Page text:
It Takes a Village
BY JENNA TEWS, LUDINGTON BIOLOGICAL STATION
Every three years the Sea Lamprey Control Program’s lampricide control teams set up camp in the town of West Branch, Michigan, to treat the Rifle River for invasive sea lampreys. Larval sea lampreys in the Rifle River require three to four years to grow large enough to metamorphose into the parasitic life-stage and migrate downstream to Lake Huron, where they devastate Great Lakes fisheries. Therefore, the Rifle River complex, with its numerous tributaries, has been treated roughly every three years since 1969. And it takes a village to treat the more than 100 stream miles within the Rifle River, which is infested with nearly 1.3 million larval sea lampreys.
The U.S. Fish and Wildlife Service (Service), together with our partners from the Department of Fisheries and Oceans (DFO), Canada, joined forces for a 10-day trip during the second week of August to accomplish this task. A staff of 25 traveled across the Mackinaw Bridge from the Marquette Biological Station to meet up with the 17 staff from the Ludington Biological Station. Personnel from DFO also made the journey down from Sault Ste. Marie, Canada, with 14 of their staff. With nearly 60 crew members came all the field equipment necessary to accomplish this large lampricide treatment effort. The parking lots of two hotels were lined with over 30 trailers, providing work space and equipment storage.
Field vehicles traveled in and out of the small town of West Branch to collect water chemistry data around the clock. Flashing lights atop trucks dotted the landscape of the small farming community as water samples were collected at nearly every road crossing. Orange treatment notification signs decorated the bulletin boards at public access sites to notify the public of the impending treatment. One by one, a portion of the equipment trailers were distributed from the parking lot and setup along the stream. The stage was set to control this invasive predator.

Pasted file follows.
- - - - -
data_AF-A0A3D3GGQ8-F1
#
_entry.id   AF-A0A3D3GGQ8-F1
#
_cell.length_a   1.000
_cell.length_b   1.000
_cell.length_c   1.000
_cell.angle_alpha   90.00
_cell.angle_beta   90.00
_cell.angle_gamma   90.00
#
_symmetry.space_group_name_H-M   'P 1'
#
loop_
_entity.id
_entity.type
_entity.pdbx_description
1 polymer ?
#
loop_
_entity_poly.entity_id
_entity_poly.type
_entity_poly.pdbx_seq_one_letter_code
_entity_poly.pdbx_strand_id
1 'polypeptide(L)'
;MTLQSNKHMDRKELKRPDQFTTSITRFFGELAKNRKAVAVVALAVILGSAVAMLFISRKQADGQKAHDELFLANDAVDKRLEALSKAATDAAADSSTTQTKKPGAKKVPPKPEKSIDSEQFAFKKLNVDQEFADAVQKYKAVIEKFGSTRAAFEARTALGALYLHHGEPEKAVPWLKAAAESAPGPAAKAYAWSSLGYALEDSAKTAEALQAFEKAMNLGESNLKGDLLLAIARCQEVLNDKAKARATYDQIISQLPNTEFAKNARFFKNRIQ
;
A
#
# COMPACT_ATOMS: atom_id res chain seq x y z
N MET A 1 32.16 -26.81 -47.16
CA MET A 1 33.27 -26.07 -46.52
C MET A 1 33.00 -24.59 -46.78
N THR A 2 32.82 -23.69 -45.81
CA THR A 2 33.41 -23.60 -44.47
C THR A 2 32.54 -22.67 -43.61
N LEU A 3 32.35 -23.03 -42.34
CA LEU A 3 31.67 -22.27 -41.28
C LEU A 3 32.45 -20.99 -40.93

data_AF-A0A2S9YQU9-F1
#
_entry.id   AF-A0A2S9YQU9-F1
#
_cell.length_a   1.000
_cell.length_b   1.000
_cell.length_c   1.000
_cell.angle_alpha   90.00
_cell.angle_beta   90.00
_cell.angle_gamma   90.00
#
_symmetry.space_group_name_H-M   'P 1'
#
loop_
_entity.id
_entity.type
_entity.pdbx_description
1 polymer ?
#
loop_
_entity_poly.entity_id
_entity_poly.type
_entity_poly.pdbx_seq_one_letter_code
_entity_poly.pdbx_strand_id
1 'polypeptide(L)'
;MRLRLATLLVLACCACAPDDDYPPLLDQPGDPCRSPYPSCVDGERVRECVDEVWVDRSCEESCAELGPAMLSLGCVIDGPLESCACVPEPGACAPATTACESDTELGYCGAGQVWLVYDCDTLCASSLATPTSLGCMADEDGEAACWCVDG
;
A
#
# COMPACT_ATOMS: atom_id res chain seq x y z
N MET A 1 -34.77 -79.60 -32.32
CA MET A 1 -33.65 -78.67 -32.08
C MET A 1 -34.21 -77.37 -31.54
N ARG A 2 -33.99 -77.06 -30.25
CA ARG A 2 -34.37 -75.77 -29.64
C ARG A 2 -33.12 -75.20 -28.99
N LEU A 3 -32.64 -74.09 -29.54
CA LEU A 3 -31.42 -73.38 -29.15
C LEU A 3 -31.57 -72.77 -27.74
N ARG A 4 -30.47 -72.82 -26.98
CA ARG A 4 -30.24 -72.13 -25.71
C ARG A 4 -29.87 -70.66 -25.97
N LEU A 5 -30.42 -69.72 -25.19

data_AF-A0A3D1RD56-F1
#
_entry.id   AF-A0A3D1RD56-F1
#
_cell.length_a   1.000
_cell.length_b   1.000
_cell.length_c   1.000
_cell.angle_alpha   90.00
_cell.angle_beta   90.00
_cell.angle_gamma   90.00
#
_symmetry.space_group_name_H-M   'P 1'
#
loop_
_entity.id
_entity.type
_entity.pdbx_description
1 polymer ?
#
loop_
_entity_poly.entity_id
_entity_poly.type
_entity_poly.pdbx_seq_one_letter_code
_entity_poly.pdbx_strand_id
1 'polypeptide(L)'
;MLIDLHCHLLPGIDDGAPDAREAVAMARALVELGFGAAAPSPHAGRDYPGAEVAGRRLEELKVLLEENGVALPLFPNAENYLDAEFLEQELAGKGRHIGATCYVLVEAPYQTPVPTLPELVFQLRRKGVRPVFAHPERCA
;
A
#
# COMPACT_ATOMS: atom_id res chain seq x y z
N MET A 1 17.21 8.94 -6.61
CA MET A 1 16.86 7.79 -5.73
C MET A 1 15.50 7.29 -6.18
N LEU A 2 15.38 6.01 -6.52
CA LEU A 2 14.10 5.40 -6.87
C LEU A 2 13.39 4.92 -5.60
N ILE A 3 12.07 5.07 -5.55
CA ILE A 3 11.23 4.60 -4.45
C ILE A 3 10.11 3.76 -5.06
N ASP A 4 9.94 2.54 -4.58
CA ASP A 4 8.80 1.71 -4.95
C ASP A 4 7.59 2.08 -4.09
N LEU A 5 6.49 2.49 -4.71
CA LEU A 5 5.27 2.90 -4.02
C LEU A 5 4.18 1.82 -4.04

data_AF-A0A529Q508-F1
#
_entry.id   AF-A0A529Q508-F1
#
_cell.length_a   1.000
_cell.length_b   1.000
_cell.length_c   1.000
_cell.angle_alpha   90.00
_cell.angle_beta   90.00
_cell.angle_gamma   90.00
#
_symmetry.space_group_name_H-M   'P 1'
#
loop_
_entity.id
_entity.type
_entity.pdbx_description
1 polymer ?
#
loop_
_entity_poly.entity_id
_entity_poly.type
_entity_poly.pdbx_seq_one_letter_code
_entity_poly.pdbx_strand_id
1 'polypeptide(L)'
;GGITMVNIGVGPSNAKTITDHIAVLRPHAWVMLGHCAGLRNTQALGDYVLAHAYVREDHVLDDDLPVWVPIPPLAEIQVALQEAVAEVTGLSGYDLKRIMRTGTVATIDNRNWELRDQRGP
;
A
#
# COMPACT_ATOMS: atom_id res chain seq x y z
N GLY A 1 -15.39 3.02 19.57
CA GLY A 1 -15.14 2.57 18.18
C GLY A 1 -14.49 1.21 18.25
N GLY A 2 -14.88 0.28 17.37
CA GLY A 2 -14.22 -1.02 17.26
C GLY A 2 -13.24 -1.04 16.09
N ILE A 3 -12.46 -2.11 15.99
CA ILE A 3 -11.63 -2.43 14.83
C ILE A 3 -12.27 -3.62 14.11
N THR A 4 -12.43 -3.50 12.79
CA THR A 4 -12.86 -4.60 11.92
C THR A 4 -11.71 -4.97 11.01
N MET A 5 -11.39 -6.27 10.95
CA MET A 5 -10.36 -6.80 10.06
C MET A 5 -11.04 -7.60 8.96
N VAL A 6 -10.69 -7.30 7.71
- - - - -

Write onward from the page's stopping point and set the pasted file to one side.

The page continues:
After preliminary data were collected for several days, a treatment strategy plan was developed by the lampricide control team, and a well-laid plan was put into action. Once lampricide was introduced at the headwaters, maintenance applications were implemented in order to maintain lethal concentrations as the chemical bank diluted downstream. A constant rotation of staff from the Service and DFO traveled up and down the country roads around the clock for five days to maintain the lampricide applications.
The minimum amount of lampricide required to effectively kill sea lampreys was maintained throughout the infested reaches of the Rifle River. Thousands of dead sea lampreys were observed during treatment throughout the infested tributaries and the mainstream. This overwhelming task involved dozens of applications with twice as many sites sampled for lampricide concentrations. Successfully treating over 100 miles of stream relied upon coordination and partnership between the Service and DFO. Every staff member played an important role in accomplishing the treatment of the Rifle River. It truly took a village.
The Sea Lamprey Management Program continues to work closely with partners to control populations of sea lampreys in tributaries of the Great Lakes to protect the fishery and related economic activities in the basin (an estimated annual benefit of more than $7 billion/year to the region). The Service delivers a program of integrated sea lamprey control in U.S. waters of the Great Lakes in partnership with the Great Lakes Fishery Commission.